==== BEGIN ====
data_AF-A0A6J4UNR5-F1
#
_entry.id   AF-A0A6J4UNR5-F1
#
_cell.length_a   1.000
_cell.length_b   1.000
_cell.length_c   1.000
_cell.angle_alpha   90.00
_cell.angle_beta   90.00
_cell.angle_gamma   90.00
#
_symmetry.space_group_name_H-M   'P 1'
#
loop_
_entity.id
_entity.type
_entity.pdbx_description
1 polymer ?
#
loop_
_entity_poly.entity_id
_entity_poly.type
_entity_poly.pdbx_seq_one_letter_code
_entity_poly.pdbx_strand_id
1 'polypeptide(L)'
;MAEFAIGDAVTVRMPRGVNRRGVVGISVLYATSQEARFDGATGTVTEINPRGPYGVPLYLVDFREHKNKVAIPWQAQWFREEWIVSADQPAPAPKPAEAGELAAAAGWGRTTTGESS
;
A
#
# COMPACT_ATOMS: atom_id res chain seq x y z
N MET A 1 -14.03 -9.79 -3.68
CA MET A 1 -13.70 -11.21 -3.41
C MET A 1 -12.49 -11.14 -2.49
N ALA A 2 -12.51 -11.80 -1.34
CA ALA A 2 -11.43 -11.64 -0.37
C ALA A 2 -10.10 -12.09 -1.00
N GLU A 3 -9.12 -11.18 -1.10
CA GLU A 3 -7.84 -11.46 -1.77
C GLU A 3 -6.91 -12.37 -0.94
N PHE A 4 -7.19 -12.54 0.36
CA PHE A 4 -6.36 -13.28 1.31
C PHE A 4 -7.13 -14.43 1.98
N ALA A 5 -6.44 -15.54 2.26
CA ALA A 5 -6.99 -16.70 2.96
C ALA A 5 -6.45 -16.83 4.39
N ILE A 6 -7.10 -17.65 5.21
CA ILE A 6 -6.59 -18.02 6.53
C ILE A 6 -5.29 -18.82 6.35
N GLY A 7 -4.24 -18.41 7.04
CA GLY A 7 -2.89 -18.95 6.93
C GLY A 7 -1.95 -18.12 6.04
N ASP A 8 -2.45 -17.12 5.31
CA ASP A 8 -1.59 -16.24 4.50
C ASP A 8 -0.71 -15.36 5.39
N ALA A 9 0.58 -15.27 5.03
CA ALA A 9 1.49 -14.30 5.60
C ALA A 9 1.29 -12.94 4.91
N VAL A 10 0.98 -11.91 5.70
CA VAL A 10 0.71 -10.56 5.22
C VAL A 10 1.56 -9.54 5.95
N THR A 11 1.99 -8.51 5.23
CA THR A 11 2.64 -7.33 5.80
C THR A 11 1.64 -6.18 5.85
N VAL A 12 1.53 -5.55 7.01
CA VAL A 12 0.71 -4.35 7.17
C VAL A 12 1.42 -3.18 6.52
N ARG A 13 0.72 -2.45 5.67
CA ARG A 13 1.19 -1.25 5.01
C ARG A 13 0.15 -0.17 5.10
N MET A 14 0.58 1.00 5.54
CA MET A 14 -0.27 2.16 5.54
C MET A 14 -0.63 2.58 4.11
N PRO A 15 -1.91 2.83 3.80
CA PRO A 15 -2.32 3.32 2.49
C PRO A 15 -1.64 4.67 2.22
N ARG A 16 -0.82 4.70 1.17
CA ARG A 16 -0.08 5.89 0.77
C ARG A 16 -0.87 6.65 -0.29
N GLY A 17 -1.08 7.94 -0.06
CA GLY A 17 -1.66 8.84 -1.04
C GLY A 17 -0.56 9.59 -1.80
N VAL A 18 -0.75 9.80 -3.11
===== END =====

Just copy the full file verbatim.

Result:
data_AF-A0A6J4UNR5-F1
#
_entry.id   AF-A0A6J4UNR5-F1
#
_cell.length_a   1.000
_cell.length_b   1.000
_cell.length_c   1.000
_cell.angle_alpha   90.00
_cell.angle_beta   90.00
_cell.angle_gamma   90.00
#
_symmetry.space_group_name_H-M   'P 1'
#
loop_
_entity.id
_entity.type
_entity.pdbx_description
1 polymer ?
#
loop_
_entity_poly.entity_id
_entity_poly.type
_entity_poly.pdbx_seq_one_letter_code
_entity_poly.pdbx_strand_id
1 'polypeptide(L)'
;MAEFAIGDAVTVRMPRGVNRRGVVGISVLYATSQEARFDGATGTVTEINPRGPYGVPLYLVDFREHKNKVAIPWQAQWFREEWIVSADQPAPAPKPAEAGELAAAAGWGRTTTGESS
;
A
#
# COMPACT_ATOMS: atom_id res chain seq x y z
N MET A 1 -14.03 -9.79 -3.68
CA MET A 1 -13.70 -11.21 -3.41
C MET A 1 -12.49 -11.14 -2.49
N ALA A 2 -12.51 -11.80 -1.34
CA ALA A 2 -11.43 -11.64 -0.37
C ALA A 2 -10.10 -12.09 -1.00
N GLU A 3 -9.12 -11.18 -1.10
CA GLU A 3 -7.84 -11.46 -1.77
C GLU A 3 -6.91 -12.37 -0.94
N PHE A 4 -7.19 -12.54 0.36
CA PHE A 4 -6.36 -13.28 1.31
C PHE A 4 -7.13 -14.43 1.98
N ALA A 5 -6.44 -15.54 2.26
CA ALA A 5 -6.99 -16.70 2.96
C ALA A 5 -6.45 -16.83 4.39
N ILE A 6 -7.10 -17.65 5.21
CA ILE A 6 -6.59 -18.02 6.53
C ILE A 6 -5.29 -18.82 6.35
N GLY A 7 -4.24 -18.41 7.04
CA GLY A 7 -2.89 -18.95 6.93
C GLY A 7 -1.95 -18.12 6.04
N ASP A 8 -2.45 -17.12 5.31
CA ASP A 8 -1.59 -16.24 4.50
C ASP A 8 -0.71 -15.36 5.39
N ALA A 9 0.58 -15.27 5.03
CA ALA A 9 1.49 -14.30 5.60
C ALA A 9 1.29 -12.94 4.91
N VAL A 10 0.98 -11.91 5.70
CA VAL A 10 0.71 -10.56 5.22
C VAL A 10 1.56 -9.54 5.95
N THR A 11 1.99 -8.51 5.23
CA THR A 11 2.64 -7.33 5.80
C THR A 11 1.64 -6.18 5.85
N VAL A 12 1.53 -5.55 7.01
CA VAL A 12 0.71 -4.35 7.17
C VAL A 12 1.42 -3.18 6.52
N ARG A 13 0.72 -2.45 5.67
CA ARG A 13 1.19 -1.25 5.01
C ARG A 13 0.15 -0.17 5.10
N MET A 14 0.58 1.00 5.54
CA MET A 14 -0.27 2.16 5.54
C MET A 14 -0.63 2.58 4.11
N PRO A 15 -1.91 2.83 3.80
CA PRO A 15 -2.32 3.32 2.49
C PRO A 15 -1.64 4.67 2.22
N ARG A 16 -0.82 4.70 1.17
CA ARG A 16 -0.08 5.89 0.77
C ARG A 16 -0.87 6.65 -0.29
N GLY A 17 -1.08 7.94 -0.06
CA GLY A 17 -1.66 8.84 -1.04
C GLY A 17 -0.56 9.59 -1.80
N VAL A 18 -0.75 9.80 -3.11